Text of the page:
Episode #79: The “You’re Nobody ‘Til Somebody Hacks You” Edition: The New York Times and maybe the NSA get hacked. Is the U.S. turning the tide of the war on ISIS? And October surprises—what could happen between now and the election, and will it matter?

Episode #78: The “Who Hacked My Ballot Box?” Edition: In the wake of the suspected Russian hacking of the Democratic National Committee, experts warn that voting machines could be the next target. The U.S. begins airstrikes against ISIS in Libya. And we’ll talk about our summer reading lists.

Episode #77: The “How Cozy is Your Bear?” Edition: The Russian government hacks the Democratic National Committee. Is Moscow trying to swing the election for Donald Trump? Will it work or backfire? Also, the gang takes your questions!

Episode #76: The “It Was 29 Pages All Along” Edition: A terrorist in Nice, France, kills more than 80 people celebrating Bastille Day. Turkey’s president hangs onto power following an attempted coup. And the congress releases 29 previously classified pages from an inquiry into the 9/11 attacks.

Episode #75: The “Killer Robots Have Arrived” Edition: Police officers in Dallas use a robot-bomb to kill the man who murdered five police officers. A tribunal rules that China is violating international law over its territorial claims. And the GOP platform committee eliminates language that supports a two-state solution to the Israeli-Palestinian conflict.

Episode #74: The “Servers and SEALs” Edition: Hillary Clinton will not be prosecuted over her use of a private email server. The death toll of a bombing in Baghdad approaches 300. And the death of a Navy sailor raises concerns about the training of elite military operators.

Episode #73: The “BrexiTurkeyBenghazi” Edition: How will the U.K.’s exit from the European Union affect U.S. national security? Is a terrorist attack in Turkey the inevitable result of battlefield victories against ISIS? And the gang takes on the sound and fury of the Benghazi report.

Episode #72: The “I’m Crazy, How Are You?” Edition: The American political system has gone insane. What’s that mean for our national security? State Department officials protest President Obama’s decision not to bomb Syria. And the intelligence community lashes out at Israeli spy Jonathan Pollard.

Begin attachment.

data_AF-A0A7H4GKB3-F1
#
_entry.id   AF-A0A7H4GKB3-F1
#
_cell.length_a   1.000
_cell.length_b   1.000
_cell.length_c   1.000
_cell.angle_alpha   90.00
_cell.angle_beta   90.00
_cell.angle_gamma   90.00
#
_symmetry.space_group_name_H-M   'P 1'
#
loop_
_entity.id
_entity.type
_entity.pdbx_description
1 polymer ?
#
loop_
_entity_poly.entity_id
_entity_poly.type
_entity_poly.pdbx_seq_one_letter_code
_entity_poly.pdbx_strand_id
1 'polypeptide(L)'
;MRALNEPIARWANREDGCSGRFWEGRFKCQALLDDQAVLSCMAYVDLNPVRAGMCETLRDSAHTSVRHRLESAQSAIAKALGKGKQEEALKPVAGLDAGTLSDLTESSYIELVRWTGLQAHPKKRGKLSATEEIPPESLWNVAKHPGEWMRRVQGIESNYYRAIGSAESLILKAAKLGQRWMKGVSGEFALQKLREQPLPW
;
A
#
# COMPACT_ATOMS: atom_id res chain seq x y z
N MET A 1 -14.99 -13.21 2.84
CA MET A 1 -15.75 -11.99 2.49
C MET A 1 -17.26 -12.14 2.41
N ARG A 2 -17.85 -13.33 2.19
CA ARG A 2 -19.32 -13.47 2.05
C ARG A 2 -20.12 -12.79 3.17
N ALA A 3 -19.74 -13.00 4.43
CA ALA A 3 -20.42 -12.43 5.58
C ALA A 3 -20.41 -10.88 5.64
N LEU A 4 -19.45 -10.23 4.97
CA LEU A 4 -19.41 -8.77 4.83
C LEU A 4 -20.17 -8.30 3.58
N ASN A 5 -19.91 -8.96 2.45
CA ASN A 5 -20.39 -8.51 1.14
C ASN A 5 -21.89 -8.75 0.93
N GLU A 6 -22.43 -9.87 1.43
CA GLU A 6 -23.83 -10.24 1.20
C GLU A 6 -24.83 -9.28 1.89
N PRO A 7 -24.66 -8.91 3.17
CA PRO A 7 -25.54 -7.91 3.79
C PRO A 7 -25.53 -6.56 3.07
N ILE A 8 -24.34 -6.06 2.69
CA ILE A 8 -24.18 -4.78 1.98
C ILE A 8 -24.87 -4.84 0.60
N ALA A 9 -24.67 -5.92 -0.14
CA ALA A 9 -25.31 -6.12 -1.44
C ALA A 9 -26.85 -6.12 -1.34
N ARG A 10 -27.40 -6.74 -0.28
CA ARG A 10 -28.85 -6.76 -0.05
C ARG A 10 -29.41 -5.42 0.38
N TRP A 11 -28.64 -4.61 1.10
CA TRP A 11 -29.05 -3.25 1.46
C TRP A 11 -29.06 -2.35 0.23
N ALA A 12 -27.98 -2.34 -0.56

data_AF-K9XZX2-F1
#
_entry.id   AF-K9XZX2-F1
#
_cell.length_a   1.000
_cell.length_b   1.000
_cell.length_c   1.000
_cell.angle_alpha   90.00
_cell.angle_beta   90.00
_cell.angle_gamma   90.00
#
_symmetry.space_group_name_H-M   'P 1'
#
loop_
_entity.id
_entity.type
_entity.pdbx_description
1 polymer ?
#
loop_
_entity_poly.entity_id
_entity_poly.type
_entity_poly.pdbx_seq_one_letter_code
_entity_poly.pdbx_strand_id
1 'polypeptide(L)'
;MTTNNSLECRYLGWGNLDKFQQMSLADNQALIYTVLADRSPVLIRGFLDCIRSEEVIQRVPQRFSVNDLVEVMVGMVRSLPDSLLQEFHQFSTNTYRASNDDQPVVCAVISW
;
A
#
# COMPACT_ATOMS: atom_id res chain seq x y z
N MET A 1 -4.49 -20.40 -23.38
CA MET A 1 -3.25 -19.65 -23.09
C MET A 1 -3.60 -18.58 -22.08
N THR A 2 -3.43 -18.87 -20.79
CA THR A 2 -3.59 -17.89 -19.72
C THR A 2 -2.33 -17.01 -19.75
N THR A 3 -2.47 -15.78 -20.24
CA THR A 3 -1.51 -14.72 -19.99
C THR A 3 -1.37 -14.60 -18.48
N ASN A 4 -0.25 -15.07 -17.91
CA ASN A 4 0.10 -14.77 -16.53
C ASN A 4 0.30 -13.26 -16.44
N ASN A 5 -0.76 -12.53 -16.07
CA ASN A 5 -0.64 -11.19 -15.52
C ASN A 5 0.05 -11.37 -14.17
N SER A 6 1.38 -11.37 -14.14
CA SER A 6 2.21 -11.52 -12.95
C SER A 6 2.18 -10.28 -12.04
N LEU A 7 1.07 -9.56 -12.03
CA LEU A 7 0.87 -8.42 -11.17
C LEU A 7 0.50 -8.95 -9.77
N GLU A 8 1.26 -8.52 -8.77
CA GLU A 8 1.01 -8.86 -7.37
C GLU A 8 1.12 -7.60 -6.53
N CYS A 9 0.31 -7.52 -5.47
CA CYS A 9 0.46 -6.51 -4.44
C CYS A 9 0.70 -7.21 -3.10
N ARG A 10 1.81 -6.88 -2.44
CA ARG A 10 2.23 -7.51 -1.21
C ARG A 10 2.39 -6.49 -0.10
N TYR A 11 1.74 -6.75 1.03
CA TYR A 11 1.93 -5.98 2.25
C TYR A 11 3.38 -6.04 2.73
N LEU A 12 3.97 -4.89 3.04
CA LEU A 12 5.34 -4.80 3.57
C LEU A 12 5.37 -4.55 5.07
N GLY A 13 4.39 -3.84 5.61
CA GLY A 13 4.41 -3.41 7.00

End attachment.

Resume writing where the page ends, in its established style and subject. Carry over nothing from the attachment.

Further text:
Episode #71: The “Orlando” Edition: How did Omar Mateen become a mass-killer, and could he have been stopped? The politics of the Orlando shooting have something for everyone, but very little clarity. And Russian hackers penetrate the Democratic National Committee.

Episode #70: The “Hillary and Hellfire” Edition: Hillary Clinton says Donald Trump can’t be trusted to protect U.S. national security. In Israel there’s talk of another war in Gaza. And a federal appeals court rules that the Fourth Amendment doesn’t apply to cell phone location information.

Episode #69: The “At Least You’re Not Mullah Mansour” Edition: President Obama makes one last pivot to Asia in an official visit. The United States kills the Taliban’s leader. And a State Department inspector general report scolds Hillary Clinton and others for their use of private email.

Episode #68: The “When the Cat’s Away” Edition: An EgyptAir jet crashes en route from Paris to Cairo, immediately sparking fears of terrorism. Hackers are targeting the presidential candidates’ campaigns. And the intelligence community may scrutinize social media accounts of people applying for security clearances. Plus, listener questions!

Episode #67: The “Creeps and Liars” Edition: A new study on “sextortion” reveals a widespread crime few people are talking about. Is a profile of presidential adviser Ben Rhodes a puff piece or a clever hit job? And president Obama faces a lawsuit over war powers from an unlikely source.

Episode #66: The “Never Say Never Trump Again” Edition: Donald Trump becomes the presumptive Republican nominee for president after an overwhelming primary victory in Indiana. Iraq and Syria are in meltdown—why is this time any worse? And the Supreme Court gives the thumbs up to new hacking powers for law enforcement.

Episode #65: The “Cyber Bombs” Edition: The U.S. is ramping up cyber operations against ISIS. Another standoff over the FBI’s access to a locked iPhone ends, but are more fights around the corner? And the mystery of the curious habeas cases popping up at Guantanamo.